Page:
Quantitative Reasoning and Data Literacy

Quantitative Reasoning and Data Literacy in the Core Curriculum

Modern life and social interactions in the 21st century are heavily influenced by data. It permeates every aspect: from our personal lives to our roles as citizens in a democratic society. But data – in and of itself – is meaningless. What transforms data into a powerful tool is the ability to know how to gather, assess and extract meaning from it, and to understand both the utility and the limitations of data. To this end, the importance of data interpretation in contemporary society is difficult to overstate. We believe that a well-rounded liberal science and arts education must provide students with the power to use data in order to communicate cogent arguments about complex phenomena.

The Quantitative Reasoning and Data Literacy (QRDL) requirement in the Core Curriculum will help students learn to understand how real-world interpretation of data progresses from a set of numbers, frequently incomplete and with measurement errors, to a visual distillation that clearly conveys meaning. While mathematics and statistics provide a necessary foundation for quantitative reasoning and data literacy, the power of pure mathematics lies in its abstraction. In contrast, QRDL emphasizes a distinctive variety of concrete contexts and applications. Specifically, the QRDL requirement will differ from a mathematics requirement in two important ways. Emphasis will be first on the applications of quantitative methods to academic real-world subjects and second on understanding the inherent messiness of data. This “messiness” might require the use of estimations and approximations, often known as back-of-the-envelope calculations, to determine an appropriate launch point for more precise analysis.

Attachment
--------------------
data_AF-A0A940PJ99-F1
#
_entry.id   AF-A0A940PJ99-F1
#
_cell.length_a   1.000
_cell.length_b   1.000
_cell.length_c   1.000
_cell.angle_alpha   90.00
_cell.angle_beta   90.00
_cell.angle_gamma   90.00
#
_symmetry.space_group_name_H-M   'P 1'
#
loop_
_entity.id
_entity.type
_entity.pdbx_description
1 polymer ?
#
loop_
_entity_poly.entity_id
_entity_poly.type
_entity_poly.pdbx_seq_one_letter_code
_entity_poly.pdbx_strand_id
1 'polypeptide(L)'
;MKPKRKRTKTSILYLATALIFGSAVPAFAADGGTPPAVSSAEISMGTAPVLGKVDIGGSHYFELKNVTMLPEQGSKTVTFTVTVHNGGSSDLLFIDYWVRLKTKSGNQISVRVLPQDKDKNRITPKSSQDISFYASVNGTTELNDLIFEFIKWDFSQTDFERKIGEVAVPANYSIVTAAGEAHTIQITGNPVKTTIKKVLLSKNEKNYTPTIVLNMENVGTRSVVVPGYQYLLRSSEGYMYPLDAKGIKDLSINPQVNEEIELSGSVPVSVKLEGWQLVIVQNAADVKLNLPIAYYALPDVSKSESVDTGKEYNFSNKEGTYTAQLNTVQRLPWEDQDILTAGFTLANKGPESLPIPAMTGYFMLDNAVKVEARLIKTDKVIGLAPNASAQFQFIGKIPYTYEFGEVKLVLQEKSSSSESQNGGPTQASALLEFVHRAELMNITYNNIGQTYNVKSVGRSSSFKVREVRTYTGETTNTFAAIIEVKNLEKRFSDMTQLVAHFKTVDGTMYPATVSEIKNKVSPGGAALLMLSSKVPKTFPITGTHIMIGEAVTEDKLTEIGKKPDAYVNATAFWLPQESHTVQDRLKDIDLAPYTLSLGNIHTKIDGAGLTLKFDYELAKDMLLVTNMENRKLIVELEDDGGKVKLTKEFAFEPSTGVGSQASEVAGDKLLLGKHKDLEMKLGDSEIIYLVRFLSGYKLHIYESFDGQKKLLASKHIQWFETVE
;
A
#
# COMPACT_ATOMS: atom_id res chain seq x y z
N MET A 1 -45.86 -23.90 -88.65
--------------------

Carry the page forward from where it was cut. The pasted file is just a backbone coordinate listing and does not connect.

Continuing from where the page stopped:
As instructors design their courses, they need to consider three categories of learning goals, and the specific goals within each category, that collectively serve to anchor the QRDL curriculum:

Build a Quantitative Data Toolbox

  • To gather and organize data to highlight patterns and make it accessible for analysis.
  • To recognize the roles of estimation, approximation and precision as tools important in quantitative analyses.
  • To become comfortable performing and/or evaluating quantitative analyses.
    • Select and apply pertinent statistical methods to explore and analyze data on one’s own.
      • and/or
    • To rigorously evaluate quantitative data and interpretations of these data when presented by others.

Translate and Make Meaning

  • To translate real-world and disciplinary questions or intellectual inquiries into quantitative frameworks using graphical, symbolic, and numerical methods.
  • To be aware of the strengths and weaknesses, uncertainties and biases inherent in quantitative data and quantitative analyses and to incorporate this understanding into the interpretation and representation of data.
  • To think critically about numerical representations and to employ them in one’s critical thinking and when making complex claims.